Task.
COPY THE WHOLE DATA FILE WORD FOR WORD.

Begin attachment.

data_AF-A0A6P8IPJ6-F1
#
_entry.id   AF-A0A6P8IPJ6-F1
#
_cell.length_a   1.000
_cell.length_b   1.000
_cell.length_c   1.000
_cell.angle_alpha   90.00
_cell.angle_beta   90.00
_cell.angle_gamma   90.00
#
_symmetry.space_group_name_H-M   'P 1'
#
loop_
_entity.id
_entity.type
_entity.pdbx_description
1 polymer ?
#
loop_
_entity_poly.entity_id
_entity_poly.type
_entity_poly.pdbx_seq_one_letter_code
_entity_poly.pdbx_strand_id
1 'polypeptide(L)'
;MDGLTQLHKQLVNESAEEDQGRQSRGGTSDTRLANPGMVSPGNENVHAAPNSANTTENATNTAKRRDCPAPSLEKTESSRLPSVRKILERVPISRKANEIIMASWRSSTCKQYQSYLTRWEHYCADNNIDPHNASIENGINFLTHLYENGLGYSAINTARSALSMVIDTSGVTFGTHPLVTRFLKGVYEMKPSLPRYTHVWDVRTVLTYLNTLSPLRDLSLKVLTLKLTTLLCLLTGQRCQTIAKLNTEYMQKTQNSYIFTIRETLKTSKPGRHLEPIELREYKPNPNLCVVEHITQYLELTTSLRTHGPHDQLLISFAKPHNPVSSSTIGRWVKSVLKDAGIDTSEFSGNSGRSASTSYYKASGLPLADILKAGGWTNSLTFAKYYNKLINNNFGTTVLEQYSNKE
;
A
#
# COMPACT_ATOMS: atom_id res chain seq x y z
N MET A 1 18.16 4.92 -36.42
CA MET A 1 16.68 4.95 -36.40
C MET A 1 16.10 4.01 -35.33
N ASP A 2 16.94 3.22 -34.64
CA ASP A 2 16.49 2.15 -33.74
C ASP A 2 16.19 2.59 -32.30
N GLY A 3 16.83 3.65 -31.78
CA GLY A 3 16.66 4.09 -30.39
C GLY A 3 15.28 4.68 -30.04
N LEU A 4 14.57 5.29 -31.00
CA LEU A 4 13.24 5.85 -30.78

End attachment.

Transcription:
data_AF-A0A6P8IPJ6-F1
#
_entry.id   AF-A0A6P8IPJ6-F1
#
_cell.length_a   1.000
_cell.length_b   1.000
_cell.length_c   1.000
_cell.angle_alpha   90.00
_cell.angle_beta   90.00
_cell.angle_gamma   90.00
#
_symmetry.space_group_name_H-M   'P 1'
#
loop_
_entity.id
_entity.type
_entity.pdbx_description
1 polymer ?
#
loop_
_entity_poly.entity_id
_entity_poly.type
_entity_poly.pdbx_seq_one_letter_code
_entity_poly.pdbx_strand_id
1 'polypeptide(L)'
;MDGLTQLHKQLVNESAEEDQGRQSRGGTSDTRLANPGMVSPGNENVHAAPNSANTTENATNTAKRRDCPAPSLEKTESSRLPSVRKILERVPISRKANEIIMASWRSSTCKQYQSYLTRWEHYCADNNIDPHNASIENGINFLTHLYENGLGYSAINTARSALSMVIDTSGVTFGTHPLVTRFLKGVYEMKPSLPRYTHVWDVRTVLTYLNTLSPLRDLSLKVLTLKLTTLLCLLTGQRCQTIAKLNTEYMQKTQNSYIFTIRETLKTSKPGRHLEPIELREYKPNPNLCVVEHITQYLELTTSLRTHGPHDQLLISFAKPHNPVSSSTIGRWVKSVLKDAGIDTSEFSGNSGRSASTSYYKASGLPLADILKAGGWTNSLTFAKYYNKLINNNFGTTVLEQYSNKE
;
A
#
# COMPACT_ATOMS: atom_id res chain seq x y z
N MET A 1 18.16 4.92 -36.42
CA MET A 1 16.68 4.95 -36.40
C MET A 1 16.10 4.01 -35.33
N ASP A 2 16.94 3.22 -34.64
CA ASP A 2 16.49 2.15 -33.74
C ASP A 2 16.19 2.59 -32.30
N GLY A 3 16.83 3.65 -31.78
CA GLY A 3 16.66 4.09 -30.39
C GLY A 3 15.28 4.68 -30.04
N LEU A 4 14.57 5.29 -31.00
CA LEU A 4 13.24 5.85 -30.78